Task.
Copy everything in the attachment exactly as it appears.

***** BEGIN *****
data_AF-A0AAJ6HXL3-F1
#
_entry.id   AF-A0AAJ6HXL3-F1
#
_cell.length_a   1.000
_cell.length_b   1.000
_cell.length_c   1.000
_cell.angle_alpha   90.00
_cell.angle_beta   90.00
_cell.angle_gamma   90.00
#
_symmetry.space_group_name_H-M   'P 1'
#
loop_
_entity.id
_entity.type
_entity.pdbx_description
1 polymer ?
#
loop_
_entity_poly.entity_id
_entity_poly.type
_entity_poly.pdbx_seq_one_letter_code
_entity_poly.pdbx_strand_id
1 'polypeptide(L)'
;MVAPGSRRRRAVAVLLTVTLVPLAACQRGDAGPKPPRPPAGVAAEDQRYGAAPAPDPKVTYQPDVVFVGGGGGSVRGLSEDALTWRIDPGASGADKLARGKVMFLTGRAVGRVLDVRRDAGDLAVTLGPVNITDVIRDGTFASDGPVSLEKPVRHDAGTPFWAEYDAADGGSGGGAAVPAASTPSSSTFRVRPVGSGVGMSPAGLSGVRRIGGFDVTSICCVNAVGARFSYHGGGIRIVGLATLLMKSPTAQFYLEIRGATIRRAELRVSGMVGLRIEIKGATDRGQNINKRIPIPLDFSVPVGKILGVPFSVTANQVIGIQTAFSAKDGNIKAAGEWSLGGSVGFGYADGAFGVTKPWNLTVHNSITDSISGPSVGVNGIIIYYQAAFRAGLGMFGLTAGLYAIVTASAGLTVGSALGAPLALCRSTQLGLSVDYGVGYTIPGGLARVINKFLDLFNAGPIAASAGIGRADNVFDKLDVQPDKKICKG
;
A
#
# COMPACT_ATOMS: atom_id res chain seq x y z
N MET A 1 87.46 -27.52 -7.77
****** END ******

data_AF-A0AAJ6HXL3-F1
#
_entry.id   AF-A0AAJ6HXL3-F1
#
_cell.length_a   1.000
_cell.length_b   1.000
_cell.length_c   1.000
_cell.angle_alpha   90.00
_cell.angle_beta   90.00
_cell.angle_gamma   90.00
#
_symmetry.space_group_name_H-M   'P 1'
#
loop_
_entity.id
_entity.type
_entity.pdbx_description
1 polymer ?
#
loop_
_entity_poly.entity_id
_entity_poly.type
_entity_poly.pdbx_seq_one_letter_code
_entity_poly.pdbx_strand_id
1 'polypeptide(L)'
;MVAPGSRRRRAVAVLLTVTLVPLAACQRGDAGPKPPRPPAGVAAEDQRYGAAPAPDPKVTYQPDVVFVGGGGGSVRGLSEDALTWRIDPGASGADKLARGKVMFLTGRAVGRVLDVRRDAGDLAVTLGPVNITDVIRDGTFASDGPVSLEKPVRHDAGTPFWAEYDAADGGSGGGAAVPAASTPSSSTFRVRPVGSGVGMSPAGLSGVRRIGGFDVTSICCVNAVGARFSYHGGGIRIVGLATLLMKSPTAQFYLEIRGATIRRAELRVSGMVGLRIEIKGATDRGQNINKRIPIPLDFSVPVGKILGVPFSVTANQVIGIQTAFSAKDGNIKAAGEWSLGGSVGFGYADGAFGVTKPWNLTVHNSITDSISGPSVGVNGIIIYYQAAFRAGLGMFGLTAGLYAIVTASAGLTVGSALGAPLALCRSTQLGLSVDYGVGYTIPGGLARVINKFLDLFNAGPIAASAGIGRADNVFDKLDVQPDKKICKG
;
A
#
# COMPACT_ATOMS: atom_id res chain seq x y z
N MET A 1 87.46 -27.52 -7.77